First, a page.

Gastrectomy is the Surgery to remove the stomach. It is of various types depending on your cancer stage and location.
You might have:
a subtotal or partial gastrectomy - Part of the stomach is removed
a total gastrectomy - Entire stomach is removed
an oesophagogastrectomy -Entire stomach and the part of the food pipe (oesophagus) is removed
Most subtotal and total gastrectomies are performed through a large incision (cut). They can be performed in some facilities using laparoscopy, which allows removal of the stomach through several smaller cuttings in the abdomen. While this method shows promise, many doctors believe these needs to be more researched before it can be considered a normal Stomach Cancer treatment.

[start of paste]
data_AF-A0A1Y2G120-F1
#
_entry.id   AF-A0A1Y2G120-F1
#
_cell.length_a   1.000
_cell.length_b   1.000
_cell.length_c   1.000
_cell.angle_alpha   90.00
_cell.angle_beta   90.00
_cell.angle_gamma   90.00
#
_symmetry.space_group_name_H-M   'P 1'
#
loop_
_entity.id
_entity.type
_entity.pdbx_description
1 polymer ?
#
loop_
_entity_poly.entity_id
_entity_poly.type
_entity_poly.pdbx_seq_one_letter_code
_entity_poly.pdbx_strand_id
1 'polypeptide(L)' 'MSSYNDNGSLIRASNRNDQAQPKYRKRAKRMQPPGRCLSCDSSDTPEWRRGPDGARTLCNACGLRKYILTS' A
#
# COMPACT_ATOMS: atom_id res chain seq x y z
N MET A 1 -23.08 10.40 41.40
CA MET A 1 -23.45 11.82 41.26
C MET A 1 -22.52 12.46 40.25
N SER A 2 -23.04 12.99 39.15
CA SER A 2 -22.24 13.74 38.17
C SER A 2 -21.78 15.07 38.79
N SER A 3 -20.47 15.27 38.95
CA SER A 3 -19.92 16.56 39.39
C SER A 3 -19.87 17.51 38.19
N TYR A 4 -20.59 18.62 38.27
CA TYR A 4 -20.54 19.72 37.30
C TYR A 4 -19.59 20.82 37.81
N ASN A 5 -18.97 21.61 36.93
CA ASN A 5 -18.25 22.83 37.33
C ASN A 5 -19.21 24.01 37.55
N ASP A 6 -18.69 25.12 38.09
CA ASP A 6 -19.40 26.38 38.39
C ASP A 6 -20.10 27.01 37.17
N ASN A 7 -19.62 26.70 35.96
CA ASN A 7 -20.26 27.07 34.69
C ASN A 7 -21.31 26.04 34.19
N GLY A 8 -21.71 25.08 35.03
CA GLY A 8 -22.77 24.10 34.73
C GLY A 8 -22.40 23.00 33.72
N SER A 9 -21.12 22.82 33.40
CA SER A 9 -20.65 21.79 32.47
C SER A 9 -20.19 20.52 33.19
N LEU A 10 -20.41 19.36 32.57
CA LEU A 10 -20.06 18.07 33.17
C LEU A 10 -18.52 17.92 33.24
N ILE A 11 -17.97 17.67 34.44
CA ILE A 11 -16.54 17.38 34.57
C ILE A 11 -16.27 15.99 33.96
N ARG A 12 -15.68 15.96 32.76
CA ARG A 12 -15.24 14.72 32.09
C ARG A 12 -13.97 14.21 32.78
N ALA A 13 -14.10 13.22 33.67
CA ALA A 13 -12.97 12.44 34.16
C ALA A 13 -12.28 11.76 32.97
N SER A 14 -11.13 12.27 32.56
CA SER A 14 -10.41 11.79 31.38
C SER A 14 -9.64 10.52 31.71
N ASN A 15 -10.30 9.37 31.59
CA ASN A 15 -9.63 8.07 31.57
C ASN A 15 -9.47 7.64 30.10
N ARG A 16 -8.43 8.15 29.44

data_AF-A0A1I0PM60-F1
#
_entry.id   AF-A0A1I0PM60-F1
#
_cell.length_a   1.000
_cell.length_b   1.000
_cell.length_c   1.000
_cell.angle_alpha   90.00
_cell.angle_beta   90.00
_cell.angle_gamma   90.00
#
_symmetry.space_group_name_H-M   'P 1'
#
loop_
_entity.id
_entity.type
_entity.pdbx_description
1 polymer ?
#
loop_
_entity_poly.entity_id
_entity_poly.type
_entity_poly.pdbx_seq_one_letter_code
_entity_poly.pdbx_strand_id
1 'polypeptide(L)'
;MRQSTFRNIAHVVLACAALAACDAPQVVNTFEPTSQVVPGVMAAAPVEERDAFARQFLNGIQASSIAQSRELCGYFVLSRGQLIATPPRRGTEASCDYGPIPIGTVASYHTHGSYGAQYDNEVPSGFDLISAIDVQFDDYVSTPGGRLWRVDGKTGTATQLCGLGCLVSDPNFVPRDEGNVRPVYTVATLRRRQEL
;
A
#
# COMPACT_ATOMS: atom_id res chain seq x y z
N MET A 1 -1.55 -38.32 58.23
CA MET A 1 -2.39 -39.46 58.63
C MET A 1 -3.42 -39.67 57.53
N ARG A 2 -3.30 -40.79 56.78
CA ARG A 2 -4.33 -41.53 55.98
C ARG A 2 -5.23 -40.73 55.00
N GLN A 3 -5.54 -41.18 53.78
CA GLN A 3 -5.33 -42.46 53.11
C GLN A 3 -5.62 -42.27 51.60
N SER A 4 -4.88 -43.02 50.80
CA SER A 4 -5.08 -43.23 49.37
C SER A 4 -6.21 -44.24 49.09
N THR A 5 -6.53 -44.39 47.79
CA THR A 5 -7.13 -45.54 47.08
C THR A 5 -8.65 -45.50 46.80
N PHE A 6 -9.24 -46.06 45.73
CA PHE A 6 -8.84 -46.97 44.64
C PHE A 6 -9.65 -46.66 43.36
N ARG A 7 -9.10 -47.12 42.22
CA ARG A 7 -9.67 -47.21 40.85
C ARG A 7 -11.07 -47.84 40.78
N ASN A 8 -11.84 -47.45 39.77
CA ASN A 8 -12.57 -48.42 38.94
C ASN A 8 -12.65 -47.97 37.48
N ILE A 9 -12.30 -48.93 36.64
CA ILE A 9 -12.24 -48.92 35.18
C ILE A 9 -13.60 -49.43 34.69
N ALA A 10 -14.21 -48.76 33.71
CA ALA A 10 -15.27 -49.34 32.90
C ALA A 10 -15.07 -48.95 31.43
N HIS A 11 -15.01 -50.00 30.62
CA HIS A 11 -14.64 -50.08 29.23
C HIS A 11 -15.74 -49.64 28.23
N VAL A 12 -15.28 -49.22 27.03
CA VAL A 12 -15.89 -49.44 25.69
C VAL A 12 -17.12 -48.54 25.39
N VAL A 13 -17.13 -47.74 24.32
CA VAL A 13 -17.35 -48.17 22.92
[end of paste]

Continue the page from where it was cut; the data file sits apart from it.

For a gastrectomy, you would need to go to the hospital. If the doctor makes a large incision to remove your stomach, it may take between 4 to 5 hours.
First, you will get anaesthesia to make you sleep through the Surgery. A surgeon will make a cut or incision in your abdomen. He will remove a portion or all of your stomach through the incision, as well as some nearby tissue such as your lymph nodes. He will check the nodes and confirm that the cancer has not spread. The surgeon will determine the best way to reconstruct the digestive tract, based on the type of operation that you have.